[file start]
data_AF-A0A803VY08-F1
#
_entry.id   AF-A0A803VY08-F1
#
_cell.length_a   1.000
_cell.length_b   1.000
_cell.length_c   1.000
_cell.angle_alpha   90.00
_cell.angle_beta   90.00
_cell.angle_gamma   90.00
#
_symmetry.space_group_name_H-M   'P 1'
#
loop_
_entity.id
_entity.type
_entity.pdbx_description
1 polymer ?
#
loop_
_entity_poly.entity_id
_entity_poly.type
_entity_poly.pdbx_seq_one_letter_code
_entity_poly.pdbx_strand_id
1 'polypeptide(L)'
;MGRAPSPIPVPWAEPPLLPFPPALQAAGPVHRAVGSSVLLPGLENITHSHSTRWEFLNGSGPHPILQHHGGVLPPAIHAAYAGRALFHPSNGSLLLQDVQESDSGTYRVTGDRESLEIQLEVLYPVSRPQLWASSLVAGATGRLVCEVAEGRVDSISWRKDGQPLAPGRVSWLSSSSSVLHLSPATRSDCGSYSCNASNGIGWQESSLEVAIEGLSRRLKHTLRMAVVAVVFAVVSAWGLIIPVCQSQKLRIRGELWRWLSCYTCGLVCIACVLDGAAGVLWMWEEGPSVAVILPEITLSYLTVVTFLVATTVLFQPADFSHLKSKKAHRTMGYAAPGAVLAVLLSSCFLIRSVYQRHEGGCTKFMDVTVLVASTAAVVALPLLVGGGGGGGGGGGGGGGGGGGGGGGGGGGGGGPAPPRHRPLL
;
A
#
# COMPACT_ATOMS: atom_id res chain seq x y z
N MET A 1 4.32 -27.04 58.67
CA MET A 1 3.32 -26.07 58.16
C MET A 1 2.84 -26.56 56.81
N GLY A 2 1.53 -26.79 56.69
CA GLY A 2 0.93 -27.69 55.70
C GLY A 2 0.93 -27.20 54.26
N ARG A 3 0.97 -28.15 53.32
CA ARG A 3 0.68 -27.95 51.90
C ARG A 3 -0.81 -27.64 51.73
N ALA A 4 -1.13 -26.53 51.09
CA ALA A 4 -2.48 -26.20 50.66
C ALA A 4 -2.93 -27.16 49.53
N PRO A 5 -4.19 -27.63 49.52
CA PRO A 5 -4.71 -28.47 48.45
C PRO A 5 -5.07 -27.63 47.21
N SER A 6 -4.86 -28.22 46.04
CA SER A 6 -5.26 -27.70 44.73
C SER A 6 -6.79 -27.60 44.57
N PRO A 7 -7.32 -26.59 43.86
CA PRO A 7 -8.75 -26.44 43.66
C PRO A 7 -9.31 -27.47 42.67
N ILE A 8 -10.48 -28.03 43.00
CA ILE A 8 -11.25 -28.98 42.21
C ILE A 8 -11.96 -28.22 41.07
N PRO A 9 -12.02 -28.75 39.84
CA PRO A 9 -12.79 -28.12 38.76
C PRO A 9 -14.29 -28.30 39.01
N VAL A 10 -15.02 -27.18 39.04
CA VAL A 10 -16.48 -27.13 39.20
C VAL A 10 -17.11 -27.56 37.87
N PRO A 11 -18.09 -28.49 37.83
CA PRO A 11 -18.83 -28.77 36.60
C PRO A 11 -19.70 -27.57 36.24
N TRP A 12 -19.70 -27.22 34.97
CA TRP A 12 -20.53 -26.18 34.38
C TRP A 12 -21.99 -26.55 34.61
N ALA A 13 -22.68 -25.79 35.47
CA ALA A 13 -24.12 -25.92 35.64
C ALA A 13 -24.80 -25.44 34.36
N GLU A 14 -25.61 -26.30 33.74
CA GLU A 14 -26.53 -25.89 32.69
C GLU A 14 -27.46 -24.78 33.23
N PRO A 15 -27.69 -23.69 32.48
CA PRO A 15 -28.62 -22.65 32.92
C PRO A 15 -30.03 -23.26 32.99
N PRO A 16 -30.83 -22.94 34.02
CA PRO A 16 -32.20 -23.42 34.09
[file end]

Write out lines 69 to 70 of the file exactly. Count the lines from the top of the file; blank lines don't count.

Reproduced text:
C ALA A 13 -24.80 -25.44 34.36
N GLU A 14 -25.61 -26.30 33.74